Young Oxford tutor Theodore Gumbril has become thoroughly dismayed by the formality of college life and the staid British institutions of learning. An impetuous need for celebration, even rebellion, possesses him. He and his bohemian companions embark on wild and daring "bacchanalian" adventures that steer them resolutely away from stifling conventions of behavior.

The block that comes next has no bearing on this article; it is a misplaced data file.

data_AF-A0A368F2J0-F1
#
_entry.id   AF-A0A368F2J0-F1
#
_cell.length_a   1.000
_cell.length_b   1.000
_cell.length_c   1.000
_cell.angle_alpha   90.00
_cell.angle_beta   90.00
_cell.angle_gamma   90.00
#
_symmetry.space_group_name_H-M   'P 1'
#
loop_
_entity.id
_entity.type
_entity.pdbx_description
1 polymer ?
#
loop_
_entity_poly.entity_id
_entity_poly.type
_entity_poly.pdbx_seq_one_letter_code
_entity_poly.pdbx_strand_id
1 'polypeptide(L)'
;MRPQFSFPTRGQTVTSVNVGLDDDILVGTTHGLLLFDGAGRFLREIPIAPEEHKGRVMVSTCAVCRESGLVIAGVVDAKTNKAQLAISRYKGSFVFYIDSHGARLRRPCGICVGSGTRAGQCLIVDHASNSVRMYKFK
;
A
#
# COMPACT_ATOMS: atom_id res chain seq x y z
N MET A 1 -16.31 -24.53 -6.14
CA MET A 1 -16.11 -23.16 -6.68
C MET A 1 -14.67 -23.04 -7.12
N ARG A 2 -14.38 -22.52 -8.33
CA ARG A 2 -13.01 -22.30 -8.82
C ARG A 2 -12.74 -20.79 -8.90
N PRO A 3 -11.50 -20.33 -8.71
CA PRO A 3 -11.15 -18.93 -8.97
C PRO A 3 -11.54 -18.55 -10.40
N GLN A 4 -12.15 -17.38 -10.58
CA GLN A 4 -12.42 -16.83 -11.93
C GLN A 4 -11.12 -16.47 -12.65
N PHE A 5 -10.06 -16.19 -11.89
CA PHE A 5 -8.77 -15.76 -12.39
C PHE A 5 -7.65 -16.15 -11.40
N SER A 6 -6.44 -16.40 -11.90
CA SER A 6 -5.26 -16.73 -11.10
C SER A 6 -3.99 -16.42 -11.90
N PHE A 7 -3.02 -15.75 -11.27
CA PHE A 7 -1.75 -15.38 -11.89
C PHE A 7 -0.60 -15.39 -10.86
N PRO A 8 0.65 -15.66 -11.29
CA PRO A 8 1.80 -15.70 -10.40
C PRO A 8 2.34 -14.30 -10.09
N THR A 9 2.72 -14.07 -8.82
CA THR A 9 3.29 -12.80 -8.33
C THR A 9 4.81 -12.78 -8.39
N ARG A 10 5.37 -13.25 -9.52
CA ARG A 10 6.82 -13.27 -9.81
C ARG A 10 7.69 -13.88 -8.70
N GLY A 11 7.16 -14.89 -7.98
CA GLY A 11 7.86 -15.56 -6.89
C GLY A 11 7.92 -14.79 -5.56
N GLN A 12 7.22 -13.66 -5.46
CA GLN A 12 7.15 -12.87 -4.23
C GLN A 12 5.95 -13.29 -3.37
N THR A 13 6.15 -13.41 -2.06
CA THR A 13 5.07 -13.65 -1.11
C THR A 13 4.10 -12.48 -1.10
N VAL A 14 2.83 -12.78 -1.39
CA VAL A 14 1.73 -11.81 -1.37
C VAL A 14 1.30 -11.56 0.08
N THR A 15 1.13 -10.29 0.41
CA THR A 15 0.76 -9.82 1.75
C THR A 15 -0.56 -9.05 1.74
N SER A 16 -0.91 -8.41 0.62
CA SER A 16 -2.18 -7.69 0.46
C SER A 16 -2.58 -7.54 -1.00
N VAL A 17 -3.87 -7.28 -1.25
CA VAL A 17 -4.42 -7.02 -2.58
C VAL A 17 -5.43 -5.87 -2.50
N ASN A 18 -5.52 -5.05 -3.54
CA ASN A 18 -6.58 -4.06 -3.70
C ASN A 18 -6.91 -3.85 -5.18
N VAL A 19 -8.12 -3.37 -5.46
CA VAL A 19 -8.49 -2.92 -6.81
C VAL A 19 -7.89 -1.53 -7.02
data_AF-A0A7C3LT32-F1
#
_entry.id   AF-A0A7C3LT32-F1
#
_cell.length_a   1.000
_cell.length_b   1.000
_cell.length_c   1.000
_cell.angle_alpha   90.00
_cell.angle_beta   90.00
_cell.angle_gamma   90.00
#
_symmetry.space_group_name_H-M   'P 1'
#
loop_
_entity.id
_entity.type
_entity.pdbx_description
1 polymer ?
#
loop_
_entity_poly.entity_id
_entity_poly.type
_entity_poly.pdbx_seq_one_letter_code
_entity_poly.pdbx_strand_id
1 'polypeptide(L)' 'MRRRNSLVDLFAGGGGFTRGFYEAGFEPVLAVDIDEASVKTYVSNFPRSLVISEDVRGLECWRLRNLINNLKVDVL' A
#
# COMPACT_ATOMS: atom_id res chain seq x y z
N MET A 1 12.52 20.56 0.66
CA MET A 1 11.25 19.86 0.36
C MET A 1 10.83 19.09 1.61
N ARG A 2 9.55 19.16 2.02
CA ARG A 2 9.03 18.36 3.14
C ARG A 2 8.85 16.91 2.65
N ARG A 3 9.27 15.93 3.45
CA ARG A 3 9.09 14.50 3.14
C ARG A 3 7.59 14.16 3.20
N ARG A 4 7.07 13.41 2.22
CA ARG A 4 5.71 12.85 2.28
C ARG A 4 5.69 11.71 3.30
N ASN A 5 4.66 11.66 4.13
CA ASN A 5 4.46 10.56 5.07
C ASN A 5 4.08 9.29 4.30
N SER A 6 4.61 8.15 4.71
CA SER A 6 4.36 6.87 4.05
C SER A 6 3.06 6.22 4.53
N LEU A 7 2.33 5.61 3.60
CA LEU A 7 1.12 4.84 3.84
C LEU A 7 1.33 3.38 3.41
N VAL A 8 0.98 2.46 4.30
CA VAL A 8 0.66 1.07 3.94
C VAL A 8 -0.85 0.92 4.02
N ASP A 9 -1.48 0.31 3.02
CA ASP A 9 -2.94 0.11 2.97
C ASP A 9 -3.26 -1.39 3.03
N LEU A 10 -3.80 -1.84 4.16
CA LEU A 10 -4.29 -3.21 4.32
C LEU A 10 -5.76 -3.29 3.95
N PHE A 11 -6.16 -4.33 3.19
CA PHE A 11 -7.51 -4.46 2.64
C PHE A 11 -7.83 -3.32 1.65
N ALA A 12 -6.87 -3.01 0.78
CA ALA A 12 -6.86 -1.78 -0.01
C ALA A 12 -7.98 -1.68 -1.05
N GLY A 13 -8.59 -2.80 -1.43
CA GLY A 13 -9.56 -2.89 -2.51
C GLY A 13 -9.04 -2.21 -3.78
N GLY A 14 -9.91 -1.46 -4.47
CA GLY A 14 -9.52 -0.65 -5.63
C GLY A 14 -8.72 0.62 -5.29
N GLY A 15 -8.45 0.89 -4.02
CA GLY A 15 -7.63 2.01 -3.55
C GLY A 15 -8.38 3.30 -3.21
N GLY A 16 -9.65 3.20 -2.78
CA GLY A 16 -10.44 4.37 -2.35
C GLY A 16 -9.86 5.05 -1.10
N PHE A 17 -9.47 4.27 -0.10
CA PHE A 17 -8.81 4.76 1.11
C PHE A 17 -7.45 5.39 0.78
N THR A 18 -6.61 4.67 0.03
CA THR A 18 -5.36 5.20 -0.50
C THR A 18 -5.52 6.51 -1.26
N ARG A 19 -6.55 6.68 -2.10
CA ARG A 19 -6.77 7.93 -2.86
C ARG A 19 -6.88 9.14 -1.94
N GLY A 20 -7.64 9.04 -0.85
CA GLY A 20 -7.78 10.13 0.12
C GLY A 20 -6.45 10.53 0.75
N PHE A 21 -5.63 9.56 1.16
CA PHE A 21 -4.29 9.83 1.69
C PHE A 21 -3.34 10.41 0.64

Antic Hay, first published in 1923, is one of Aldous Huxley's earlier novels, and like them is primarily a 'novel of ideas' involving conversations which disclose viewpoints rather than establish characters; its polemical theme unfolds against the backdrop of London's post-war nihilistic Bohemia. This is Huxley at his biting, brilliant best -- a novel, loud with derisive laughter, which satirically scoffs at all conventional morality and at stuffy people everywhere -- a novel that's always charged with excitement.